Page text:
fails, the yellow LED lights and the timeclock
displays the message TEST FAILED.
If you did not configure Procedure 9 of the
Timeclock Program with a valid number of rings (1
to 4), the timeclock aborts the execution of the
command and displays the message ERROR 64.
ENTER COMMAND NUMBER
Ready for next command.
Command 139: Reinitialize Ethernet Option Board
Command 139 reinitializes the Ethernet option board in the 400 Series Timeclock
as if from a restart. Use this command when communications problems occur that
cannot be solved. Do not execute command 139 while the timeclock is
transmitting or receiving data.
Prompt/Message
Keystrokes/Description
ENTER COMMAND NUMBER
Type 139, press Enter.
ENTER COMMAND NUMBER
The accessory board is reinitialized and the
command is automatically exited.
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Chapter 6
Using Maintenance Mode
Command 150: Monitor Main and I/O Input Bits
Command 150 allows you to display mainboard and I/O daughterboard input bits
in binary format. This command displays the current state of eight hardware
signals, but only six have been defined. The first two signals display as x (no
value). The rest of the values represent the following hardware signals:
M
State of the input bit on the mainboard
M
Presence of an I/O board (0=yes, 1=no)
M
Lead-acid battery operation (0=yes, 1=no)
M
State of the input bit on the I/O board
M
State of the CTS signal for the serial port on the mainboard.
Timeclock Displays
Keystrokes/Description
ENTER COMMAND NUMBER
Type 150, press Enter.
DATA IN
(This value is an example only.)
xx111110
ENTER COMMAND NUMBER
Press Clear to exit.
Ready for next command.
Command 152: Display Badge Information
Command 152 displays the contents of a swiped badge (including badge type,
reader used, number of characters encoded on the badge, bar code symbology the
badge uses, and the badge contents).
Note
This command performs the same function as command 10 except that command
152 recognizes bar code symbologies that are currently disabled at the timeclock.
(Procedure 11, step 1 of the timeclock program manages which bar code
symbologies the timeclock accepts.)
6-28
Timeclock Displays
Keystrokes/Description
ENTER COMMAND NUMBER
Type 152, press Enter.
ADP Incorporated
Executing Commands
Timeclock Displays
Keystrokes/Description
ENTER BADGE
Swipe the badge at the badge reader.
[The following is an example
display.]
“K” indicates a standard ADP badge.
K 1 18 I 2OF5
123456789
“1” indicates that the badge was read by the first
remote reader.
“18” is the number of characters encoded on the
badge.
“I 2OF5” indicates the bar code symbology.
“123456789” is the badge content.
Note: If the badge content is too long to fit on one
line, it is displayed by itself after the badge
information is displayed. The length of time that
information is displayed is controlled by the
setting for Procedure 1, step 3 of the timeclock
program.
ENTER BADGE
Press Clear to exit.
Command 153: Test Display
Command 153 tests the operation of the 400 Series Timeclock’s display. After
executing the command, the timeclock displays columns of pixels from right to
left in a sweeping fashion and then turns off the display pixels from left to right.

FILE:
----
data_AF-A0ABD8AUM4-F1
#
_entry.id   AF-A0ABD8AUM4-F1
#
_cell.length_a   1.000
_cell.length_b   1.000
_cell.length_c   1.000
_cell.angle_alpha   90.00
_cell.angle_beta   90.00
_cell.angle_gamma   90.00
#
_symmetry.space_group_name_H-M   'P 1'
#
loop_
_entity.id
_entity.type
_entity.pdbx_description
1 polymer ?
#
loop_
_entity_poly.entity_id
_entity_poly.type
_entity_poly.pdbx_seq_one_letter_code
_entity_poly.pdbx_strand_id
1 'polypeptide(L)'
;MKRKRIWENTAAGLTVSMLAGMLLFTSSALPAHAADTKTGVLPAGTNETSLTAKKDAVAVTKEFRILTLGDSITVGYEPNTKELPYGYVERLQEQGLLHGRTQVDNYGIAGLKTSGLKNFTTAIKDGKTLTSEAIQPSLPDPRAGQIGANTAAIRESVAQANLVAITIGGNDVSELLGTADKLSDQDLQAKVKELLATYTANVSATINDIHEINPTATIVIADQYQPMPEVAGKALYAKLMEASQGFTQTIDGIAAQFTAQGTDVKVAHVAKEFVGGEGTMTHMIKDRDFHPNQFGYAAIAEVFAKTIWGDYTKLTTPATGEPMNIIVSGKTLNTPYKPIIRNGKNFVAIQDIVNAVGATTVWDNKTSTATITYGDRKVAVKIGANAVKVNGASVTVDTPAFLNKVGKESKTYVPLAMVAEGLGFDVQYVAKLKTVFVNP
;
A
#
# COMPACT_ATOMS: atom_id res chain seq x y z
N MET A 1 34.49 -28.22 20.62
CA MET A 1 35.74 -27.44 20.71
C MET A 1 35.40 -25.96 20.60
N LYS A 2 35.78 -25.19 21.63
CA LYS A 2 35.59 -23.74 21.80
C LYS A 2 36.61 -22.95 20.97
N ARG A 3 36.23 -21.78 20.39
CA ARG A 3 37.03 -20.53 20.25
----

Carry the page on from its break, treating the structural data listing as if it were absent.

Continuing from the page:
Timeclock Displays
Keystrokes/Description
ENTER COMMAND NUMBER
Type 153, press Enter.
(The timeclock turns on and off
columns of display pixels.)
Yellow or green LED lights upon completion of
test.
ENTER COMMAND NUMBER
Ready for next command.
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Chapter 6
Using Maintenance Mode
Command 154: Test Keypad
Command 154 checks the operation of the 400 Series Timeclock’s keypad. After
entering the command number, press any key on the keypad and its corresponding
value appears on the display. Press Clear twice to exit the test.
Timeclock Displays
Keystrokes/Description
ENTER COMMAND NUMBER
Type 154, press Enter.
KEYPAD TEST
Press any key, and its corresponding value appears
on the display.
<CLEAR> TWICE ABORTS
Press Clear twice to exit.
ENTER COMMAND NUMBER
Ready for next command.
Command 155: Test Input Bit 1
Command 155 displays the status of the input line (hardware signal) at the 400
Series Timeclock’s mainboard I/O port (TB1).
You need a test connector with switch to execute this command.
Timeclock Displays
Keystrokes/Description
ENTER COMMAND NUMBER
Type 155, press Enter.
DATA IN .1
The data line is either set high (1) or low (0).
Press Clear to exit the test.
If you do not press Clear, the test times out after 45
seconds have passed.
ENTER COMMAND NUMBER
6-30
Ready for next command.
ADP Incorporated
Executing Commands
Command 156: Test Output Ports
Command 156 tests the operation of the output line at the 400 Series Timeclock’s
I/O port (TB1) and I/O daughterboard port (if present). When you execute this
command, the output bit is toggled on and off each second. The command turns
on an output bit, turns it off, then turns on the other output bit, turns it off, and
repeats that process indefinitely. You need an ohmmeter, oscilloscope, or test
connector (with LED and limiting resistor) to complete this test.
Timeclock Displays
Keystrokes/Description
ENTER COMMAND NUMBER
Type 156, press Enter.
TERMINAL BUSY
This message appears while the ports toggle on and
off at 1/2 cycle per second. Press Clear to exit.
ENTER COMMAND NUMBER
Ready for next command.
Command 157: Adjust Contrast of Display
Command 157 allows you to adjust the contrast of the 400 Series Timeclock’s
display. The different contrast settings (1 through 16) may be viewed by pressing